When we hit the online “LIVE” button for an all-new, digital daily, print-weekly news organization on Jan. 24, 2022, Cascadia Daily News launched with a concerted mission: Fill part of a news void in northwest Washington state with a fiercely independent, locally owned and managed, broad-based publication, shining light on a wide range of local public life. Nearly a year later, we hope that our first 12 months of work show some solid steps in that direction.
Visit our Year in Review page (or pick up a copy of the Dec. 21 print paper) to see what our newsroom reporters, editors and photographers consider to be the most memorable and important examples of that work — a glimpse at a year in the life of people in a place we are proud to call home.
Presented below is a list of the 10 most impactful news subjects of the year, chosen by CDN staff.
—Ron Judd, executive editor
• Key swing district flips: Whatcom County's 42nd District, long a GOP stronghold, went fully blue after the death of Sen. Doug Ericksen of Ferndale and a narrow midterm victory by Democrat Sharon Shewmake.
• City chastened for lofty climate change goals: Bellingham rolled back a costly plan to renovate its wastewater treatment plant and shelved an expensive, proposed climate action fund amid political blowback.
• Whatcom County reckons with race: Whatcom County Council forms a racial equity commission, and two Black community members took seats on the Bellingham City Council.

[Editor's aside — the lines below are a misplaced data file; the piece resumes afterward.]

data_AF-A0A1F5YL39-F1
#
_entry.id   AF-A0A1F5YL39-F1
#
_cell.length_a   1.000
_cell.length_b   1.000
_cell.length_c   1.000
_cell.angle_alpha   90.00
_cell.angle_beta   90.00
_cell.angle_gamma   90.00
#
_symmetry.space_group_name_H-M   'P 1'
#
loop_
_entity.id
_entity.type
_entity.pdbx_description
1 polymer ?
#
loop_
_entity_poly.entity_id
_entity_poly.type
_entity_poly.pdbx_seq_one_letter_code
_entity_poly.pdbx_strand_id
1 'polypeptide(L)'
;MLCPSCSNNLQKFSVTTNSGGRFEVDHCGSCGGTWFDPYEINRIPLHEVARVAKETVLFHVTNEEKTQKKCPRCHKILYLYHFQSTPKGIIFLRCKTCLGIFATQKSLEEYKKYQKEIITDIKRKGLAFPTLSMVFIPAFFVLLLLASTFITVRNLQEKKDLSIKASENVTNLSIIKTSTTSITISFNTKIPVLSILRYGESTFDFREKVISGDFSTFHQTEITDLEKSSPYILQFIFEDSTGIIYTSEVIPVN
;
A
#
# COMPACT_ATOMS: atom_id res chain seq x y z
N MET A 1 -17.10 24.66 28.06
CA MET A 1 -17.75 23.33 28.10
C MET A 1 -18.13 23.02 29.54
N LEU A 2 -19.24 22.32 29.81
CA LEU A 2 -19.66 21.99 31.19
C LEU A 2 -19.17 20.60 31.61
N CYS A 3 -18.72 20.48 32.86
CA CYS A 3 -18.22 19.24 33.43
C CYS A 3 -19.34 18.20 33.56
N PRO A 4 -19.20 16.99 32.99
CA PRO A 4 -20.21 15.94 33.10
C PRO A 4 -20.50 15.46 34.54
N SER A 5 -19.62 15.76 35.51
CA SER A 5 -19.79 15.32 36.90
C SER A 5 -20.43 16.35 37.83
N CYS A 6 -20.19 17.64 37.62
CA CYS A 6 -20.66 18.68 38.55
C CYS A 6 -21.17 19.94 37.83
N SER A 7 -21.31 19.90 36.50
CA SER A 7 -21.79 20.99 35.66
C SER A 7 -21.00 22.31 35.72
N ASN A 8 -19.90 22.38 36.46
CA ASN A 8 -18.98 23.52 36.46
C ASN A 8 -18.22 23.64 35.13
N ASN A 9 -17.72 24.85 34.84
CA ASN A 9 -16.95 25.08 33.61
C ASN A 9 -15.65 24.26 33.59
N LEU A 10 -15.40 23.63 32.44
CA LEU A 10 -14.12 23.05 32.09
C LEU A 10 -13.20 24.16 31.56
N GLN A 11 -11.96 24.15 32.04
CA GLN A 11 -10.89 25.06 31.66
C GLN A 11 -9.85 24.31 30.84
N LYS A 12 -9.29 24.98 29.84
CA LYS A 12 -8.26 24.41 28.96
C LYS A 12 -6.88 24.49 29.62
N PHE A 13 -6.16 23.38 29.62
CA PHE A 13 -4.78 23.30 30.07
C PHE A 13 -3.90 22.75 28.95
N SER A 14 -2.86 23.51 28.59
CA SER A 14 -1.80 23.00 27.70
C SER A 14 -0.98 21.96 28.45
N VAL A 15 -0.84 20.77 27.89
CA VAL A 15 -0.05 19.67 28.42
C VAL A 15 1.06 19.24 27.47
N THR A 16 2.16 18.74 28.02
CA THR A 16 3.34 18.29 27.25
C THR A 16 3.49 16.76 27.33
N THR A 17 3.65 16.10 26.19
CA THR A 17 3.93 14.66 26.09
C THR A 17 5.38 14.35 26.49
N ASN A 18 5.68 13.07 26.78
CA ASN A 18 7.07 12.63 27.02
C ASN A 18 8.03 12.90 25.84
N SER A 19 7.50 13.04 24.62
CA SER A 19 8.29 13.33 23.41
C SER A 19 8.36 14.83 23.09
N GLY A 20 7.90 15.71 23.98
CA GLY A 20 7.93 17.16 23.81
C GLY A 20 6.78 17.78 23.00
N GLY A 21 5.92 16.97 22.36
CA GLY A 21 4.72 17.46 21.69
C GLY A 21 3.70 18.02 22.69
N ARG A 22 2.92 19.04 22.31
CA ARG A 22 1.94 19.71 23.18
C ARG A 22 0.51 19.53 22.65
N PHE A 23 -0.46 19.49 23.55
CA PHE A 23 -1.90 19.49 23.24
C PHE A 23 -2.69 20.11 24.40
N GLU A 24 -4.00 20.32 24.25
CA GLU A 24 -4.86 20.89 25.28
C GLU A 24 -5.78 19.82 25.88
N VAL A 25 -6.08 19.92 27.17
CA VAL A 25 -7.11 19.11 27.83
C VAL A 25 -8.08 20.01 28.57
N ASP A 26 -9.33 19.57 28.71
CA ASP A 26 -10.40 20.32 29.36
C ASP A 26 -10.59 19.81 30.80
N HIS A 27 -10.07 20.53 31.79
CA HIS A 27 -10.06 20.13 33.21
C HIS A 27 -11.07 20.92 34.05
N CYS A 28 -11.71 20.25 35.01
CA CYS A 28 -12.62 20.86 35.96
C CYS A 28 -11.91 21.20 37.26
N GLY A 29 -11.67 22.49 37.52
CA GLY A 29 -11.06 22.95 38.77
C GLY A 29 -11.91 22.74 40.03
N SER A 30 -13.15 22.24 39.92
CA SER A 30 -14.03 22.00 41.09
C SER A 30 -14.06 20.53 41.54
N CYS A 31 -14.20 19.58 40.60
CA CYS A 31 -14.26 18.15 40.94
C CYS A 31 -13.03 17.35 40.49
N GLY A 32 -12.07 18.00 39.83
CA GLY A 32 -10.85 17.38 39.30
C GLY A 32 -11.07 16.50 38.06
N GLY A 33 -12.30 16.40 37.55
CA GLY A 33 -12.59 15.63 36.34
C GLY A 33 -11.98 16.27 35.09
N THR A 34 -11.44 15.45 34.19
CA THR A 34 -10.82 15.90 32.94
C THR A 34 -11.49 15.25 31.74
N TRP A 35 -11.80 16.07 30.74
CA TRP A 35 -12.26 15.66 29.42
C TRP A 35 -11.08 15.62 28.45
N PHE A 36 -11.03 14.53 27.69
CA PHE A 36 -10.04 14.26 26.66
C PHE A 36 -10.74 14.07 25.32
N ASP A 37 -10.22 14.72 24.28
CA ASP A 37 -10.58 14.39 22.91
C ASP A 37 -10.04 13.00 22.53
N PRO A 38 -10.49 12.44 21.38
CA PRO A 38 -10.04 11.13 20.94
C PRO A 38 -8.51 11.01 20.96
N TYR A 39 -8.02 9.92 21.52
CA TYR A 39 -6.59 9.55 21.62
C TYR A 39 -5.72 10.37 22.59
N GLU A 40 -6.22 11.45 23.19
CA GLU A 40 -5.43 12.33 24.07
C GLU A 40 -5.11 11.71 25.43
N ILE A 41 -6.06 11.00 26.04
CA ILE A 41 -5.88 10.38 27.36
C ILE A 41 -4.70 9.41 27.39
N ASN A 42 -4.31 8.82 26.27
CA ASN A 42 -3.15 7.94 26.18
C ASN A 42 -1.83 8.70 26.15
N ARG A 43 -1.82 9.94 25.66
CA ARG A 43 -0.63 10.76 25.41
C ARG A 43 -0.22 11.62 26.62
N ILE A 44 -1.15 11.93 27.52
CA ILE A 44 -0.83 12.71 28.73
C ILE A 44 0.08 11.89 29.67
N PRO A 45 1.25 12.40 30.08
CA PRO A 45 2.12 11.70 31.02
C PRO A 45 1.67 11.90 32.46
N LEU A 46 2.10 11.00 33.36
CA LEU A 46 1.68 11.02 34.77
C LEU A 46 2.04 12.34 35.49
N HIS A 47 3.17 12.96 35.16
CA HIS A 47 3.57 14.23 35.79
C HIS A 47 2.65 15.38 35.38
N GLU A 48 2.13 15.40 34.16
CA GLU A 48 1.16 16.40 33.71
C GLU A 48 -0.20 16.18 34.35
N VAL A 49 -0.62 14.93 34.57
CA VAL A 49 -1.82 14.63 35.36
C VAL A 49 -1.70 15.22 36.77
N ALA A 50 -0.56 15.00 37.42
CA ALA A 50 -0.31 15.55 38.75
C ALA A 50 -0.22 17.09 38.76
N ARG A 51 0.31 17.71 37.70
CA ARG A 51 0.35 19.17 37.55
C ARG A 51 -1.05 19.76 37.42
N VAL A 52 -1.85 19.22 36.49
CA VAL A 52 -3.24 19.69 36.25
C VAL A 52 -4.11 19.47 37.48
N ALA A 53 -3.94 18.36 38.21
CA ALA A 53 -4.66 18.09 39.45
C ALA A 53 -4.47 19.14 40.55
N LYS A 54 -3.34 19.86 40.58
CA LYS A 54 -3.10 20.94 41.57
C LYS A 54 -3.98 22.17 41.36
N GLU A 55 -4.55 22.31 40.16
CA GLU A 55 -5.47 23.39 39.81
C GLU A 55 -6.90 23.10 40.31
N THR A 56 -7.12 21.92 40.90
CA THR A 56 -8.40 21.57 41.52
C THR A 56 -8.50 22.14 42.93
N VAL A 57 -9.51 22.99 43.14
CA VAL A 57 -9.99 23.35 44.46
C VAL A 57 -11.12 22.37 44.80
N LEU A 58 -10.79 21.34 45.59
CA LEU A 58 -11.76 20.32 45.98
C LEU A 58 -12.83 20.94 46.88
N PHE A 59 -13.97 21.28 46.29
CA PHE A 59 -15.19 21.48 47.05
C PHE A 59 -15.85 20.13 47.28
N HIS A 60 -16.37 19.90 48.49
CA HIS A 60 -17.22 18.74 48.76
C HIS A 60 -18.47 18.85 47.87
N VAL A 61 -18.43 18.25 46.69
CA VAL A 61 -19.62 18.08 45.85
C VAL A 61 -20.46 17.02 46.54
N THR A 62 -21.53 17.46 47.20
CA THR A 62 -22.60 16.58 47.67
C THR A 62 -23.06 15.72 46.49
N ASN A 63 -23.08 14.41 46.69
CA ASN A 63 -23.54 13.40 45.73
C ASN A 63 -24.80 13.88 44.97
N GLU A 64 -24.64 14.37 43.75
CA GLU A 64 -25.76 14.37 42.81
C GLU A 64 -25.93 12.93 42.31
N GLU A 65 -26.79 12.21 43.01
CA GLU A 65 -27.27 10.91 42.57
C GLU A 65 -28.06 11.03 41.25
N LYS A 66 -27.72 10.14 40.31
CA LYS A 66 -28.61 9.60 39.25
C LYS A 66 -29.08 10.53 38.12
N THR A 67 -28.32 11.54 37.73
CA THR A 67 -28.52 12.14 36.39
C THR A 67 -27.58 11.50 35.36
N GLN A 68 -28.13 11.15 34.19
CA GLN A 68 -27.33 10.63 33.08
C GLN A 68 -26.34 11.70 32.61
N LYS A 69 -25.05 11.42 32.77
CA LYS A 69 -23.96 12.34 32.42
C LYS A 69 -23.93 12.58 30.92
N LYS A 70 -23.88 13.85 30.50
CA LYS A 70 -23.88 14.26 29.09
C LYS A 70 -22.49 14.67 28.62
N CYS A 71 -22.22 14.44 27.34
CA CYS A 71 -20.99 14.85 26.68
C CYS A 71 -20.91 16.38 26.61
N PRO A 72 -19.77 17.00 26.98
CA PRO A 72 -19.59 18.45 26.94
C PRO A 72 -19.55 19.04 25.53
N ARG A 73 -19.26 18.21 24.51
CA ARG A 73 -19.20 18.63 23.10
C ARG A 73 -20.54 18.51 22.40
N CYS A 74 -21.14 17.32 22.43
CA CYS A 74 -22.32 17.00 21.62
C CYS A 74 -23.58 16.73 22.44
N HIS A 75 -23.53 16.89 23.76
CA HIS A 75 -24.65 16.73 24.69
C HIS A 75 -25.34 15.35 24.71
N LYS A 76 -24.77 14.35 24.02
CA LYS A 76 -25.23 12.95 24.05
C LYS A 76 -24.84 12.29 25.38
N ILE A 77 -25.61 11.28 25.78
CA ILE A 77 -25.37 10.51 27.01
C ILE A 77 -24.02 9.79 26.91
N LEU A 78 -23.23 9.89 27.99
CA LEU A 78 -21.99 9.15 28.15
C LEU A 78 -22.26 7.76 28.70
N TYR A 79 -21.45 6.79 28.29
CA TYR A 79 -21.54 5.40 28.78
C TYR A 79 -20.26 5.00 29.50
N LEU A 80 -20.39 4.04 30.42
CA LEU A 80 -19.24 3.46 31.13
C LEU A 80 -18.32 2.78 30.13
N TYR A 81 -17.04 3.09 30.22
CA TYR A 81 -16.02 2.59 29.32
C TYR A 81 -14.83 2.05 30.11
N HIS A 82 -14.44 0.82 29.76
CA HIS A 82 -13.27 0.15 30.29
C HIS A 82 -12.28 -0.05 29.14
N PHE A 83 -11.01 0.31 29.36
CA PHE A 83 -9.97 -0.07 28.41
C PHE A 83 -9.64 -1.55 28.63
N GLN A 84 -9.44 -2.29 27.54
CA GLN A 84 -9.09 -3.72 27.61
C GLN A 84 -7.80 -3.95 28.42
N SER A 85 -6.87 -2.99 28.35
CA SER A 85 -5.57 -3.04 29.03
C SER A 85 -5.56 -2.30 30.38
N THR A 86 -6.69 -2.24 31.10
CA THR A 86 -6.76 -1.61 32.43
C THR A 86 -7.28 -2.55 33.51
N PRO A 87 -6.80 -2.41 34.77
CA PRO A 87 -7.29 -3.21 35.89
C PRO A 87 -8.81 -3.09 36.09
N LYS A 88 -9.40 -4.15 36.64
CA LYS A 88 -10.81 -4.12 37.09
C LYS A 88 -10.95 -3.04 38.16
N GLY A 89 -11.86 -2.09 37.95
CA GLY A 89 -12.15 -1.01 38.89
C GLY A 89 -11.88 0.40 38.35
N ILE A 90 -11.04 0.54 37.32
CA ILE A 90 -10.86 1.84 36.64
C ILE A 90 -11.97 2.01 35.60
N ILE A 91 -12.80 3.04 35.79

• Attempts to recover from global pandemic hampered by economic shortfalls: As COVID-19 restrictions lifted, businesses and institutions struggled with labor shortages, inflation and supply-chain issues.
• School administrators on the hot seat: Bellingham Public Schools was struck by simultaneous year-end scandals, one involving hazing and one involving the alleged failure of administrators to report sexual assaults.
• Whatcom County mulls industrial future: Ferndale's Intalco aluminum smelter, part of a cluster of industries based around Cherry Point, saw hopes of reopening dashed — at least for now — in December.
• Housing, and lack thereof, shapes agendas: “Livability” issues extended past homelessness this year amid rent hikes, safety concerns, soaring housing prices, a low vacancy rate and a surge of newcomers.
• Police face shortages while crime rises: Bellingham residents, angered by a spike in property crime and other offenses, got little satisfaction from local governments, which cited a struggle to attract and retain law enforcement.
• 22 North at a crossroads: A downtown facility became a symbol for issues like homelessness and drug addiction.
• WWU women lead the way: Continuing a legacy of overachieving women's athletics at Western, the basketball team was a national runner-up and the soccer team clinched its second national championship.